HBO’s Vice News features LawGeex in its latest special report on “The Future of Work.” And in a repeat of the AI vs. Lawyer competition this time officiated by Vice News, the LawGeex AI came out ahead.
On Friday, April 19, 2019, Vice News reported on the technological revolution overtaking the world in transportation, distribution, food service, health – and legal.
Not only is technology better at low-level tasks, it can often add value in areas previously unimaginable. In the special, Andrew McAfee, Co-Director of the MIT Initiative on the Digital Economy, commented on the advancement of machine learning. “What we’re seeing is that computers are better at pattern matching than we are, even the expert human beings.”
Turning to the legal world, Vice News Correspondent and Producer Gianna Toboni came to LawGeex’s New York City office to put the AI to the test.
Vice News presented both LawGeex and a human lawyer they selected with two NDAs, one which was four-pages long and the other two-pages long. And with a ceremonial wave of a scarf, the two sides began their review.
We brought in a real-life lawyer to go up against the AI system LawGeex to find out who is faster, and better, at screening a non-disclosure agreement. pic.twitter.com/DbwFKKWGTC
— VICE News (@vicenews) April 20, 2019
The results: LawGeex bested the human lawyer. Tunji Williams, graduate of the Top 10 Law School at the University of Virginia, took over an hour to review the two documents which he did with 85% and 83% accuracy, respectively. LawGeex, operated by LawGeex CEO Noory Bechor, spent just 18 minutes reviewing and achieved 95% accuracy on both contracts.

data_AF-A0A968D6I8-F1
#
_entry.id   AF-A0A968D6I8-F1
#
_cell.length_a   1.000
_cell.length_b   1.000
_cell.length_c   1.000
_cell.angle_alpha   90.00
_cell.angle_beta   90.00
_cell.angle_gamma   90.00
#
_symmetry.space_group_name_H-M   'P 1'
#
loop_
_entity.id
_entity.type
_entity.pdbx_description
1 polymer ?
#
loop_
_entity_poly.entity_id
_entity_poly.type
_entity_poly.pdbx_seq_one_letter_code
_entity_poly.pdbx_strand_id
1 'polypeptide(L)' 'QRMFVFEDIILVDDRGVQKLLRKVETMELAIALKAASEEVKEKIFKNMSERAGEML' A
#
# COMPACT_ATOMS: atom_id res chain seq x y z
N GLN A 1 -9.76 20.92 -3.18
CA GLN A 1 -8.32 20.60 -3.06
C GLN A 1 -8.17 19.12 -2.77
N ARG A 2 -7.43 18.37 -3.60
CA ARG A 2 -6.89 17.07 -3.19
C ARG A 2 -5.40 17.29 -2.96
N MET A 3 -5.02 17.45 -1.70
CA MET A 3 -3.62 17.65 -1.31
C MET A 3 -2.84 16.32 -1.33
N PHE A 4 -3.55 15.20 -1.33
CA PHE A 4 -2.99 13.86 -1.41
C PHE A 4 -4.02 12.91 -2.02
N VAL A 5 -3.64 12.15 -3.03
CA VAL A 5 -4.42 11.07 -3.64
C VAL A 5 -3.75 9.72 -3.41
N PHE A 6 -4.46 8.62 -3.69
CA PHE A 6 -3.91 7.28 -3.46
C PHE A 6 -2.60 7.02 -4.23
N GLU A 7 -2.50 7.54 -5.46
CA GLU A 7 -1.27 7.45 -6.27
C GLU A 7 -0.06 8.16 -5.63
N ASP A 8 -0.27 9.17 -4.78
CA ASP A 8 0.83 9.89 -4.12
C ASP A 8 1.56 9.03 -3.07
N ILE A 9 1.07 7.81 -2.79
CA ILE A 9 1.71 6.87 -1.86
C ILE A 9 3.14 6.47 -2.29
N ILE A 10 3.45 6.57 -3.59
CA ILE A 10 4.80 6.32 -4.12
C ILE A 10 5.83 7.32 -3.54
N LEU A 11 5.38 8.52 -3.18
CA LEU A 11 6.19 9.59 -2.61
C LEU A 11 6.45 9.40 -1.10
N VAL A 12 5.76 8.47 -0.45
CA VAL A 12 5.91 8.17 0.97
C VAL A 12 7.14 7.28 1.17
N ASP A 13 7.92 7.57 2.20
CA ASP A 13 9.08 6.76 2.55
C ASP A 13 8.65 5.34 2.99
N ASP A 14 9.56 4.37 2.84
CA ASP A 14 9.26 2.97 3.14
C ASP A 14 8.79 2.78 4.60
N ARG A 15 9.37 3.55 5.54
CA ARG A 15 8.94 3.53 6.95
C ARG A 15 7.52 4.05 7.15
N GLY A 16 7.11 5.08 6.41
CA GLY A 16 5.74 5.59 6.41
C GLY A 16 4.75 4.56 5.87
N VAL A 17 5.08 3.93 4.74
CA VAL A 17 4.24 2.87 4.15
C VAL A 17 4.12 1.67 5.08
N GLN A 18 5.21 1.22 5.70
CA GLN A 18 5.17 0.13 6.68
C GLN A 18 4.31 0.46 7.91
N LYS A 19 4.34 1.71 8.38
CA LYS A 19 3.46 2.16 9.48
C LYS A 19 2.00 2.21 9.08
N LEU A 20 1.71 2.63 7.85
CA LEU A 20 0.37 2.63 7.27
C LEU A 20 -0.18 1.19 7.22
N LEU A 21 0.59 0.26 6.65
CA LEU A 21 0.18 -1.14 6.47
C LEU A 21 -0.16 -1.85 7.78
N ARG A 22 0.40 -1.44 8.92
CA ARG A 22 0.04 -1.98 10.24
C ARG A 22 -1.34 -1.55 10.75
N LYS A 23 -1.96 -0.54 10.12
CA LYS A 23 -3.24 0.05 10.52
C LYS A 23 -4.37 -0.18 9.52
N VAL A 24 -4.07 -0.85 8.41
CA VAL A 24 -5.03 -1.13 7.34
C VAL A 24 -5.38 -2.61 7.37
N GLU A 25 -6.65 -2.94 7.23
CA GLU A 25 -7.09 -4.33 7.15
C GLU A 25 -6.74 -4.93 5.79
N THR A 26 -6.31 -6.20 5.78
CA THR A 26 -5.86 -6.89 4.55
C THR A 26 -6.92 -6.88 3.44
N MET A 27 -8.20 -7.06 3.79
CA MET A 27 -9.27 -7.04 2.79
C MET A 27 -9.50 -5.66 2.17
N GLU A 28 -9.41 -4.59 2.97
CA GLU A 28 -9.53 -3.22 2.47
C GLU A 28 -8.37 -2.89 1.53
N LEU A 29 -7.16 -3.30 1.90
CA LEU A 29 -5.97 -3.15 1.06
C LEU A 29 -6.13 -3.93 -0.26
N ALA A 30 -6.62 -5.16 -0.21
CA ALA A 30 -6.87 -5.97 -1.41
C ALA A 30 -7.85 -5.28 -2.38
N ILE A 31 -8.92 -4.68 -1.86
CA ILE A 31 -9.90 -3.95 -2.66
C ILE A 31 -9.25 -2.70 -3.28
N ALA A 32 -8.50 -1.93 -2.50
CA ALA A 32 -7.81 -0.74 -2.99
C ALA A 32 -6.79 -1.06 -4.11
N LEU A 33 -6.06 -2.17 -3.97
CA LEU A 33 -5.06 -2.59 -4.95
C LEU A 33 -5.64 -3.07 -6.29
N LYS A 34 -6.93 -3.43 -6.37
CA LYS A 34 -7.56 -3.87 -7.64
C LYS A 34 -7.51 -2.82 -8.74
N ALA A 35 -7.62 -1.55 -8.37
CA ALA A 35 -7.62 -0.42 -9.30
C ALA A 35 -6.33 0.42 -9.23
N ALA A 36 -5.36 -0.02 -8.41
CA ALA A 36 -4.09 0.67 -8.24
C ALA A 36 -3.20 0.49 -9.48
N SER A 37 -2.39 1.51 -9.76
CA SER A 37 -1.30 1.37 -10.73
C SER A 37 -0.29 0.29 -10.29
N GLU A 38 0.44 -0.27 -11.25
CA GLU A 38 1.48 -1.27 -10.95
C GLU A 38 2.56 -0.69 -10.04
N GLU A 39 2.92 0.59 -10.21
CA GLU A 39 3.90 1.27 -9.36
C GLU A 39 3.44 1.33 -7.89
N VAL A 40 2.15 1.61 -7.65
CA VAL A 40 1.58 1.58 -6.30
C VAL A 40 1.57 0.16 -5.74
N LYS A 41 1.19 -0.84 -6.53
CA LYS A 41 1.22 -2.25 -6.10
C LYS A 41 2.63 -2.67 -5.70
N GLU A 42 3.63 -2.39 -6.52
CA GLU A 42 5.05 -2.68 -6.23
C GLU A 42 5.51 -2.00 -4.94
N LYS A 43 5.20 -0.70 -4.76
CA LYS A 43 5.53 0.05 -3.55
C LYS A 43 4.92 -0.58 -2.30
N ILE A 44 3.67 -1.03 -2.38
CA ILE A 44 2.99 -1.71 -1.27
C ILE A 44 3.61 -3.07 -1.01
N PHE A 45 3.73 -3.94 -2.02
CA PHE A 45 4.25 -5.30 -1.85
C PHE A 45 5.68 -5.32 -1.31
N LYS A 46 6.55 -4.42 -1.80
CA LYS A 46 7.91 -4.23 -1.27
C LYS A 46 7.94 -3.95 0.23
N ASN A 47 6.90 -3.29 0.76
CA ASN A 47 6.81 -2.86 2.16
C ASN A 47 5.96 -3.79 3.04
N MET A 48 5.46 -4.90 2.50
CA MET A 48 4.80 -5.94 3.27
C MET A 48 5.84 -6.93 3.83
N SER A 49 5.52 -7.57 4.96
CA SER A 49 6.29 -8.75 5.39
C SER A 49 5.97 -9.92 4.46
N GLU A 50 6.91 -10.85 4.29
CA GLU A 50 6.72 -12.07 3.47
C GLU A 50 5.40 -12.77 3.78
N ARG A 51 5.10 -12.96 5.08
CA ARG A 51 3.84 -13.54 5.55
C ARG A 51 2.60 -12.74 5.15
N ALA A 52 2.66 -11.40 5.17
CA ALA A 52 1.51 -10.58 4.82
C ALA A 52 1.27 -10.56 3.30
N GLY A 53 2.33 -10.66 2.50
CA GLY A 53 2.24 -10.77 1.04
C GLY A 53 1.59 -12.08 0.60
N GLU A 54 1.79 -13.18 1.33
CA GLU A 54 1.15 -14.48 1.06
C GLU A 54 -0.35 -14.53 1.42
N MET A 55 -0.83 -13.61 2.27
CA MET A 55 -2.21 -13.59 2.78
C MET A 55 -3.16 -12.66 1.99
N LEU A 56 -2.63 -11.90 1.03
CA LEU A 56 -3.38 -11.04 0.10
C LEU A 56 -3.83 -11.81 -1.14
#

Toboni asked why Williams didn’t seem disappointed with the result. Williams answered, “I wasn’t disappointed when the iPhone came out and I could do more things with this piece of technology, so this is exciting to me.”
In an interview with Bechor, Toboni drew a picture of a legal world in flux. “McKinsey says that 22% of a lawyer’s job, 35% of a paralegal’s job can now – today – be automated. So then what happens?” Posing the inevitable question, Toboni asked whether we still need lawyers.
Bechor answered confidently, “Absolutely. Defining the policy, serving as the escalation point, handling negotiation, and handling more complex contract categories.” These are and should be the role of lawyers.
“You have a new generation of lawyers that are much more tech savvy. The ones that can actually leverage technology are the ones that manage to prosper,” said Bechor.